Marines in Afghanistan Find That Solar Panels Save Soldiers' Lives

Marines With ExFOB

Marines and sailors of India Company, 3rd Battalion, 5th Marine Regiment pose with their Afghan national army counterparts in front of a solar power generator at Patrol Base Sparks, in Sangin District, Afghanistan.Photo by Gunnery Sgt. William Price/USMC

A battalion of Marines in Afghanistan is going green, using solar panels to reduce their energy consumption and thereby reduce the things they carry — and even save lives.

The Marines and sailors of 3rd Battalion, 5th Marine Regiment arrived last October at Forward Operating Base Jackson, outside Sangin, Afghanistan, with an array of solar equipment. The battalion's generators typically use more than 20 gallons of fuel a day, but the Marines have cut that to 2.5 gallons a day, according to Staff Sgt. David Doty, who maintains the gear.

Saving generator fuel can cut down on the number of convoys the Marines must make to fueling stations, and therefore lessen the chances of becoming a target. The 3/5, based at Camp Pendleton, Calif., lost more than a dozen Marines right after deployment last fall, including nine men killed by IEDs over a four-day period in October.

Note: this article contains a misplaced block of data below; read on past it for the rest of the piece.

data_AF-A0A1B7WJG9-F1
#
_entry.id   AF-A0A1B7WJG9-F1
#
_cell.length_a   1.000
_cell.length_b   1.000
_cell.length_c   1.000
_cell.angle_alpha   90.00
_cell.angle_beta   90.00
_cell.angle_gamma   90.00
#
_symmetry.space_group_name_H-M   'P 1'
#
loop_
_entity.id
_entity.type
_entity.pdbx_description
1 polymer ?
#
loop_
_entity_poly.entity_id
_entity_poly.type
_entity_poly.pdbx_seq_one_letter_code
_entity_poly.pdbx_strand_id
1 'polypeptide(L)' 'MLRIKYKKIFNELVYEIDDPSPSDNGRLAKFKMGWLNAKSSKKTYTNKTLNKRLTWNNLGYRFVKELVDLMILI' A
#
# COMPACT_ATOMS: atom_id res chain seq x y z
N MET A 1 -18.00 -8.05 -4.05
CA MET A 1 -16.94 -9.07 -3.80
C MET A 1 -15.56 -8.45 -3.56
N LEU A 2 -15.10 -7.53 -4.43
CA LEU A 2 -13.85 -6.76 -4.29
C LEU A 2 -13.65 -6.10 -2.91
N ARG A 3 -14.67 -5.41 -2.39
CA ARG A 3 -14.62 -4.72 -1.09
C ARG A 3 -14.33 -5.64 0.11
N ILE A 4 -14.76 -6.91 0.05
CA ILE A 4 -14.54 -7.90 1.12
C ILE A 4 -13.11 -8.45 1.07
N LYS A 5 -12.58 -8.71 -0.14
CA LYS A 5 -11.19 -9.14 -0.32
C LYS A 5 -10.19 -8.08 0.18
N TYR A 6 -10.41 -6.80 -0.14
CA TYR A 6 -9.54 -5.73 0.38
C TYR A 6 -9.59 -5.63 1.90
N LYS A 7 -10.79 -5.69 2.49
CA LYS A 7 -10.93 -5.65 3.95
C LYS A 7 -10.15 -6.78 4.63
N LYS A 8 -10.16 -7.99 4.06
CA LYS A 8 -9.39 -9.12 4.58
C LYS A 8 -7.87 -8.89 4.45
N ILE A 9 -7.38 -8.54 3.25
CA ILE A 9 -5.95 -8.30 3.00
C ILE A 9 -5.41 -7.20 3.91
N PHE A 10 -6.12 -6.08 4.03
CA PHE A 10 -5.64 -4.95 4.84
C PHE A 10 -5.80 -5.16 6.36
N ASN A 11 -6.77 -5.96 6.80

"A refueling vehicle becomes a screaming [easy] target," said 1st Lt. Daric Kleppe, commander of 1st Platoon, India Company.

The solar array is called an Experimental Forward Operating Base, ExFOB, and involves several different solar panels for a variety of uses, according to a news report by the Marines. The Solar Portable Alternative Communication Energy System, or "SPACES," is a small, portable solar panel that can be used to power small items like a radio. There's also a PowerShade, a large solar tarp that fits over a Marine's tent to power his lighting system, and the Ground Renewable Expeditionary Energy System, or "GREENS," which can power four computers at a time, enough for a whole platoon's command center. The ZeroBase Regenerator, seen in the above photo, is a six-paneled array that funnels energy into a single battery, powering more than 20 lighting systems and 15 computers throughout the night.

The setup has plenty of obvious benefits — for instance, during long patrols in Helmand province, the Marines can use their solar tarps to recharge their radio batteries, leaving more room to pack ammunition.

Sangin, located in southwestern Afghanistan, is one of the country's most violent districts, with a strong presence from the Taliban and opium traders. American armed forces replaced British troops in the region in September.